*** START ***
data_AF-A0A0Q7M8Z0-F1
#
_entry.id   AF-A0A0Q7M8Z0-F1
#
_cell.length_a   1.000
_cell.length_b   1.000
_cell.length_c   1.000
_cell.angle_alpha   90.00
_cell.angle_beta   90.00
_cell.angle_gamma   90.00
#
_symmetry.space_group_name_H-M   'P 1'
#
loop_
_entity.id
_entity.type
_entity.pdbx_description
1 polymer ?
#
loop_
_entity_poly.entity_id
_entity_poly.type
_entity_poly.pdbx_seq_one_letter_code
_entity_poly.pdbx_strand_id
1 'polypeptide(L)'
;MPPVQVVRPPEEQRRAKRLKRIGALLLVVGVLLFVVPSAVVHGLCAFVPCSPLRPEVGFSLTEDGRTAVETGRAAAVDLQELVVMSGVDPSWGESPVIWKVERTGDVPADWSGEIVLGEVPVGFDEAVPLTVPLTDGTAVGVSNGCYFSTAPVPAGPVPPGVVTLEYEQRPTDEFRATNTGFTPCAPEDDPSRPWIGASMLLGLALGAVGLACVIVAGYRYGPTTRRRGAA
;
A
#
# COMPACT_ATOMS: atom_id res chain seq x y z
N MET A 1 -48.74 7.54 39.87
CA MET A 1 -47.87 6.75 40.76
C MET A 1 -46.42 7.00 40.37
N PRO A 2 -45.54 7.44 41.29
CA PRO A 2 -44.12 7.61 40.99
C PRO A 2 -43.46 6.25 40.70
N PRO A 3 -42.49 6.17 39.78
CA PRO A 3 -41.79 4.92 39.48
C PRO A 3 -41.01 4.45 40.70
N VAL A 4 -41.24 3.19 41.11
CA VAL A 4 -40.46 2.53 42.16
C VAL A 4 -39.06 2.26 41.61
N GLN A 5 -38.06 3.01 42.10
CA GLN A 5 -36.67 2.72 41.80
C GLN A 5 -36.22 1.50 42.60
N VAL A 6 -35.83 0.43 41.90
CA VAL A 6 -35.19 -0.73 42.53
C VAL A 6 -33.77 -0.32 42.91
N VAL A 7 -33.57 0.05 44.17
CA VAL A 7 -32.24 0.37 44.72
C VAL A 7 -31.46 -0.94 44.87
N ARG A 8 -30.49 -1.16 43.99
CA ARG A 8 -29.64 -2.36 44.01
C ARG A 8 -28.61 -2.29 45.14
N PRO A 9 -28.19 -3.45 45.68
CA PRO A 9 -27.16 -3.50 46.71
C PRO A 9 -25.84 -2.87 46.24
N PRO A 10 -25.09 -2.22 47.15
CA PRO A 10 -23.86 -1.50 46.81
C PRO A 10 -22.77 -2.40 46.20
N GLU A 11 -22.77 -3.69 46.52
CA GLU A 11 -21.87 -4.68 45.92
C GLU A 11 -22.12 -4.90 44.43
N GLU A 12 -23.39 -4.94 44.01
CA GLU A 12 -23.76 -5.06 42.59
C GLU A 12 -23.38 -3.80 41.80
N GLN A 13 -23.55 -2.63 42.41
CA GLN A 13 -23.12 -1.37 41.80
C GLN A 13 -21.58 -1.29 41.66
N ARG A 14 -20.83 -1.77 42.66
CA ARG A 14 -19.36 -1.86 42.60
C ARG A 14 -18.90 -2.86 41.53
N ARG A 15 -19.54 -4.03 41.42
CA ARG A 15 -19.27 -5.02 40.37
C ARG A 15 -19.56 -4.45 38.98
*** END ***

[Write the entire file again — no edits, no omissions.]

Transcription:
data_AF-A0A0Q7M8Z0-F1
#
_entry.id   AF-A0A0Q7M8Z0-F1
#
_cell.length_a   1.000
_cell.length_b   1.000
_cell.length_c   1.000
_cell.angle_alpha   90.00
_cell.angle_beta   90.00
_cell.angle_gamma   90.00
#
_symmetry.space_group_name_H-M   'P 1'
#
loop_
_entity.id
_entity.type
_entity.pdbx_description
1 polymer ?
#
loop_
_entity_poly.entity_id
_entity_poly.type
_entity_poly.pdbx_seq_one_letter_code
_entity_poly.pdbx_strand_id
1 'polypeptide(L)'
;MPPVQVVRPPEEQRRAKRLKRIGALLLVVGVLLFVVPSAVVHGLCAFVPCSPLRPEVGFSLTEDGRTAVETGRAAAVDLQELVVMSGVDPSWGESPVIWKVERTGDVPADWSGEIVLGEVPVGFDEAVPLTVPLTDGTAVGVSNGCYFSTAPVPAGPVPPGVVTLEYEQRPTDEFRATNTGFTPCAPEDDPSRPWIGASMLLGLALGAVGLACVIVAGYRYGPTTRRRGAA
;
A
#
# COMPACT_ATOMS: atom_id res chain seq x y z
N MET A 1 -48.74 7.54 39.87
CA MET A 1 -47.87 6.75 40.76
C MET A 1 -46.42 7.00 40.37
N PRO A 2 -45.54 7.44 41.29
CA PRO A 2 -44.12 7.61 40.99
C PRO A 2 -43.46 6.25 40.70
N PRO A 3 -42.49 6.17 39.78
CA PRO A 3 -41.79 4.92 39.48
C PRO A 3 -41.01 4.45 40.70
N VAL A 4 -41.24 3.19 41.11
CA VAL A 4 -40.46 2.53 42.16
C VAL A 4 -39.06 2.26 41.61
N GLN A 5 -38.06 3.01 42.10
CA GLN A 5 -36.67 2.72 41.80
C GLN A 5 -36.22 1.50 42.60
N VAL A 6 -35.83 0.43 41.90
CA VAL A 6 -35.19 -0.73 42.53
C VAL A 6 -33.77 -0.32 42.91
N VAL A 7 -33.57 0.05 44.17
CA VAL A 7 -32.24 0.37 44.72
C VAL A 7 -31.46 -0.94 44.87
N ARG A 8 -30.49 -1.16 43.99
CA ARG A 8 -29.64 -2.36 44.01
C ARG A 8 -28.61 -2.29 45.14
N PRO A 9 -28.19 -3.45 45.68
CA PRO A 9 -27.16 -3.50 46.71
C PRO A 9 -25.84 -2.87 46.24
N PRO A 10 -25.09 -2.22 47.15
CA PRO A 10 -23.86 -1.50 46.81
C PRO A 10 -22.77 -2.40 46.20
N GLU A 11 -22.77 -3.69 46.52
CA GLU A 11 -21.87 -4.68 45.92
C GLU A 11 -22.12 -4.90 44.43
N GLU A 12 -23.39 -4.94 44.01
CA GLU A 12 -23.76 -5.06 42.59
C GLU A 12 -23.38 -3.80 41.80
N GLN A 13 -23.55 -2.63 42.41
CA GLN A 13 -23.12 -1.37 41.80
C GLN A 13 -21.58 -1.29 41.66
N ARG A 14 -20.83 -1.77 42.66
CA ARG A 14 -19.36 -1.86 42.60
C ARG A 14 -18.90 -2.86 41.53
N ARG A 15 -19.54 -4.03 41.42
CA ARG A 15 -19.27 -5.02 40.37
C ARG A 15 -19.56 -4.45 38.98